Noise levels were decent in every driving situation. Wind noise picked up a bit at highway speeds, but it wasn’t bad at all.
Visibility is pretty good, except for shoulder checking which gets a swift kick in the nuts from the two massive, angled rear pillars.
I liked that you can choose if you want the power tailgate to open to maximum height, or to 3/4 height, to account for lower parking garage ceilings. Thoughtful touch.
In my opinion, here’s a lot of stuff missing in the Equinox. Is it ill-equipped? Of course not! But when you’re dropping coin to the tune of nearly 43 grand, there are definitely things missing. No power seat for the passenger? No keyless entry and push-start ignition? Not even an adjustable air vent for the rear passengers?
I took issue with a few glaring ergonomics issues from the driver’s seat. The touchscreen, and the rotary knob to control it, are way too far away. With my arm completely stretched out, I was over 3 inches away from reaching them. In addition, the screen is set into a bezel that makes it difficult to reach it – it should be more flush with the surface. Same issue as the Ford Escape. And speaking of having to reach, the controls for the driver information screen are on the center stack, and required a stretch from me as well. Great way to remove the driver’s attention from the road…
The back-up camera – as useless as it can get, short of not having a camera. They didn’t even see fit to add static distance markings, never mind moving trajectory lines or to augment the visual feed with audible distance warnings.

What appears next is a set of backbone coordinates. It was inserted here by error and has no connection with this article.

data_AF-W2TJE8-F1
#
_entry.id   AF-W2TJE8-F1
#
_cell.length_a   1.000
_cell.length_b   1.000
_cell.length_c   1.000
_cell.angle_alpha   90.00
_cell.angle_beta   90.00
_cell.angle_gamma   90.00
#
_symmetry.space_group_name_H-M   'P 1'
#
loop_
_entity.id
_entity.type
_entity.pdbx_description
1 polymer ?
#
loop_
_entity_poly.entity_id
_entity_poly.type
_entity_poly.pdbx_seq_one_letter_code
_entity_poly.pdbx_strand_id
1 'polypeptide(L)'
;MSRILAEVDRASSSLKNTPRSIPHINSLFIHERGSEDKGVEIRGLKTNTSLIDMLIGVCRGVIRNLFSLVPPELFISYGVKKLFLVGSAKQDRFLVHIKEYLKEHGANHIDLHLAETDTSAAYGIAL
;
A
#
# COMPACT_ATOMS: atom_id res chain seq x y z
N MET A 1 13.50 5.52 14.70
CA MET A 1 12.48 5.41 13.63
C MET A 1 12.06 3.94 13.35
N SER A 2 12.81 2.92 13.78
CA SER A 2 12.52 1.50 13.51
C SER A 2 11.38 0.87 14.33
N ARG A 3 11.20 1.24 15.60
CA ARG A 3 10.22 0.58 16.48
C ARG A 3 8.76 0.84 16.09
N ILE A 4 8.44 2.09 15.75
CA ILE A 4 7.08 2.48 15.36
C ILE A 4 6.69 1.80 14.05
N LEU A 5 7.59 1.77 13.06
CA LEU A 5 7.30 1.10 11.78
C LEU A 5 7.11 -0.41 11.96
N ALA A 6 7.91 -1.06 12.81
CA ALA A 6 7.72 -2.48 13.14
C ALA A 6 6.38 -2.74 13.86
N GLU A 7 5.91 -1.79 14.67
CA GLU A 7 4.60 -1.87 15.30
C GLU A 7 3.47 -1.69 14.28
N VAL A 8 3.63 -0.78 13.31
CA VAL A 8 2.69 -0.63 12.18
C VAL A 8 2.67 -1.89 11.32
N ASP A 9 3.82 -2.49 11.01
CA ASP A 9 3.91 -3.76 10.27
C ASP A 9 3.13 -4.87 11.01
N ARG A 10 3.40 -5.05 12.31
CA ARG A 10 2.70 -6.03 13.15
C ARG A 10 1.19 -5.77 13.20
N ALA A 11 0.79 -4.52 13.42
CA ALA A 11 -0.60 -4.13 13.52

Whenever the vehicle got cold, which was basically every day I had it after driving for about 15 minutes, any kind of larger road irregularity that would twist the vehicle a bit would make the adhesive or gasket around the windshield emit a crackling squeak. It was highly irritating, and quite disconcerting.
I came up with a number of things I wasn’t too excited about in the Equinox. But in the end, when you step back and look at everything, it’s a pretty good vehicle. It’s a vehicle I could live with, although I’d be horrified at the amount of time I’d be spending at the gas station.
That said, and after considering all that’s good about the Equinox, I’m not sure I can call it a good value. There’s plenty of competition at this price level or less, some of which you’ll see in the Wildsau garage in the near future.
I give the Equinox a 6 out of 10. If the price was lower, and some of the quality issues (mainly the windshield crackling and quality of the plastics) was addressed, I’d be bumping it up to a 7 because the vehicle itself is a good one. I just think GM can do better in some of those departments.
WAF (Wife Acceptance Factor) was very high. She loved that it felt high up when she was driving, and she really liked the all-wheel drive’s ability to claw through the snow. She did mention that some of the interior felt cheap – that says a lot, because my wife rarely comments on the quality of plastics. But other than that, everything was very positive, including the exterior styling.
Disclosure: Vehicle was provided by GM Canada.